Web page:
But what about attorney’s fees?

In many types of employment cases you can also win your attorney’s fees (your attorney’s hourly rate x the number of hours he/she worked on the case). Unfortunately, wrongful termination law does not provide for recovery of attorney’s fees. In order to win these, you will also have to bring an additional claim where such fees are recoverable such as discrimination or harassment.

How Long Do You Have to File Your Lawsuit?

California Code of Civil Procedure § 335.1 states that wrongful termination claims are subject to a two-year statute of limitations. This clock starts at the time of actual termination, not the time that the employee receives notice of the termination. It is not advisable to wait long if you feel you have a wrongful termination lawsuit because your case may consist of multiple claims that may have varying statutes of limitations.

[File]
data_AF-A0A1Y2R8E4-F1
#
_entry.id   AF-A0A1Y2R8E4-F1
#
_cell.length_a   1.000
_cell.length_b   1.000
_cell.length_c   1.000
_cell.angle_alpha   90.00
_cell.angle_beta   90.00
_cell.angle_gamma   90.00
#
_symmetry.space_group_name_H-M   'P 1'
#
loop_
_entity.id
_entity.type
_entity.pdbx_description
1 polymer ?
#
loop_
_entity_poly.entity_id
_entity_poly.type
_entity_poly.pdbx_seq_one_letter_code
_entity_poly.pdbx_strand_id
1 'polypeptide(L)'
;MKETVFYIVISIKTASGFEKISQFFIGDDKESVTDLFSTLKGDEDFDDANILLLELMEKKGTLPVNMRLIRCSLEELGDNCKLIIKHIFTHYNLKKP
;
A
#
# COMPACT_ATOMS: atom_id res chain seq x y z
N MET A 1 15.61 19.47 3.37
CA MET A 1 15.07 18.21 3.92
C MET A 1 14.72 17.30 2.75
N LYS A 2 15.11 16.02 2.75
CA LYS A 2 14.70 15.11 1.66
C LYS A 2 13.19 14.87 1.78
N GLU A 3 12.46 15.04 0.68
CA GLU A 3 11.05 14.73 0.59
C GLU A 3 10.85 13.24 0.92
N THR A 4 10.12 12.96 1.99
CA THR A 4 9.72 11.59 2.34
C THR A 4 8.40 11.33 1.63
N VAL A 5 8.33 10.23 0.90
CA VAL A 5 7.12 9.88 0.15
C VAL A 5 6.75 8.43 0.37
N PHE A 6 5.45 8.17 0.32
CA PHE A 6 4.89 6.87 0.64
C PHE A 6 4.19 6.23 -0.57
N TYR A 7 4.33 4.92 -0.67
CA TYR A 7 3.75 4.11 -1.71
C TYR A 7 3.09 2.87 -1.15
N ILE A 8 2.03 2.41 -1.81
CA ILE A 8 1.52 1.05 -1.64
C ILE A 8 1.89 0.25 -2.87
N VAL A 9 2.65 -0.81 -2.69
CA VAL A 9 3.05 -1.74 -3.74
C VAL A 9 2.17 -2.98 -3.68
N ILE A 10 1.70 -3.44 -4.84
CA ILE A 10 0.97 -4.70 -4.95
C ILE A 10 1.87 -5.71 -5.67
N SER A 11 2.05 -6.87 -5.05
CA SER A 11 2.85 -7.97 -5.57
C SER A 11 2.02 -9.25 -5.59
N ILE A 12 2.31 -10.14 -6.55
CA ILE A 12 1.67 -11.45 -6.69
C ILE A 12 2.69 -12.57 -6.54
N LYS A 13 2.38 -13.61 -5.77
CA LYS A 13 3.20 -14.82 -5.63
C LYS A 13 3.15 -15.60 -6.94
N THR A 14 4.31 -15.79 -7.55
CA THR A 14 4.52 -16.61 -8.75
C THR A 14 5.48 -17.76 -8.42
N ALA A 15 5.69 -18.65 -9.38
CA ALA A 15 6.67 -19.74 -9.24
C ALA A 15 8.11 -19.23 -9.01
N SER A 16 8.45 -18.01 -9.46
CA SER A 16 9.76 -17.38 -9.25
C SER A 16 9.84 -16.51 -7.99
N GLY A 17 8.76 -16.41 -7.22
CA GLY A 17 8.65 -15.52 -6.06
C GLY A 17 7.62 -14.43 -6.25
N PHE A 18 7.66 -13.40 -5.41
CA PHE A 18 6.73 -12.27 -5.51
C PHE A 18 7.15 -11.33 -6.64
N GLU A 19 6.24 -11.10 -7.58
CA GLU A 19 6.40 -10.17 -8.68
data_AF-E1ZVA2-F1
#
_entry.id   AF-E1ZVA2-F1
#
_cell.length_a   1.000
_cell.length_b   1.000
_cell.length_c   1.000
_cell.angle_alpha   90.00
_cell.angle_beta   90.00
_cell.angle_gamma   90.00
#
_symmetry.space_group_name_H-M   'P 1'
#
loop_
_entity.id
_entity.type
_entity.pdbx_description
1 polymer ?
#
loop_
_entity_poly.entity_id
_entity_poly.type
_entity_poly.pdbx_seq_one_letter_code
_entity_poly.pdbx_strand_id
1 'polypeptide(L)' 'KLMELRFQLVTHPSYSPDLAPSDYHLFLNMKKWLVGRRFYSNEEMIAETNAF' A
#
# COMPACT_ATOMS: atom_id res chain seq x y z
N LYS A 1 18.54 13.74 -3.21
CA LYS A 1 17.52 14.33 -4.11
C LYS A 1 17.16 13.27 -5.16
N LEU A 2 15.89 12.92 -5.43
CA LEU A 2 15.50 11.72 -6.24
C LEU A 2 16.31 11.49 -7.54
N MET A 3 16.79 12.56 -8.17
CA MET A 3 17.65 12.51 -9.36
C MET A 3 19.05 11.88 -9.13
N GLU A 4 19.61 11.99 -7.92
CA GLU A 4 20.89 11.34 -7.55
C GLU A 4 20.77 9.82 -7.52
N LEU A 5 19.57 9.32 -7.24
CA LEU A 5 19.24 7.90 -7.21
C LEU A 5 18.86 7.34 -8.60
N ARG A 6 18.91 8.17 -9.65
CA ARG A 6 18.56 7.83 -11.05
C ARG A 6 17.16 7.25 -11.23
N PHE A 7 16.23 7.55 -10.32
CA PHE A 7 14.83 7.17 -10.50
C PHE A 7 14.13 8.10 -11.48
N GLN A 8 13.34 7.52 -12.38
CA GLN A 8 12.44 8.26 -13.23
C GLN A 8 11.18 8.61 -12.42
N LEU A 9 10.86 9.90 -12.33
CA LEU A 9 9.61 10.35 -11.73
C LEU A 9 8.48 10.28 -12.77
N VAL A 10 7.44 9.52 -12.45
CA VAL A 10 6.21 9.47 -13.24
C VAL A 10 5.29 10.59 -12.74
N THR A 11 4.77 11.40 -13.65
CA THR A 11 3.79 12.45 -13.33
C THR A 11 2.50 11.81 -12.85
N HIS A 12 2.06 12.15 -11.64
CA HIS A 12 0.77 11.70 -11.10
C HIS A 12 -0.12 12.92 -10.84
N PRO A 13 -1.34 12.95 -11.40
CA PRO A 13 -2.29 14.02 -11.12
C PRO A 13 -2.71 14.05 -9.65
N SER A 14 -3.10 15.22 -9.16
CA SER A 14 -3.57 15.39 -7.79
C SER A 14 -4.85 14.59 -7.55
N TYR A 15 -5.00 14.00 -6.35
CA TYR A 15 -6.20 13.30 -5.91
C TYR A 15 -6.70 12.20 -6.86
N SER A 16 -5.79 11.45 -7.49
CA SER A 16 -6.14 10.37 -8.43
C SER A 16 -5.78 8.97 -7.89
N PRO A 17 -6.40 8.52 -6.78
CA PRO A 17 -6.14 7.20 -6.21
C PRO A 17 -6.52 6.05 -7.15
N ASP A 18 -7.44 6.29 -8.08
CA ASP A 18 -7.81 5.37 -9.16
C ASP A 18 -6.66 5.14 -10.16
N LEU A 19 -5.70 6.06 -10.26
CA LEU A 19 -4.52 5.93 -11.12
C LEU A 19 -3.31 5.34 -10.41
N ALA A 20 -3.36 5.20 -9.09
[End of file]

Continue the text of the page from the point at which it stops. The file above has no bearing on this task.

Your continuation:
What is the Average Length of a Case?

Most wrongful termination cases end in a settlement. But it is impossible at the start to predict how long it will take. Anecdotally, our attorneys have had lawsuits in which settlements occur in a few months, but most cases take closer to two years.

When a wrongful termination lawsuit goes all the way to trial, it may be several years after you first started your case. If there is an appeal, it may take an additional year. Even if your case goes your trial, it is still possible that you may settle in the middle of trial.

What if I was Employed by a Public Entity?

CA Government Code 815(a) states that unless provided by a statute “[a] public entity is not liable for any injury, whether such injury arises out of an act or omission of the public entity or a public employee or any other person.” Because wrongful termination law comes from case law, such a claim is not allowed against a public governmental entity. But don’t fret, lots of employment laws overlap and this is no exception. If your gut is telling you that your termination was illegal, call a lawyer for a consultation.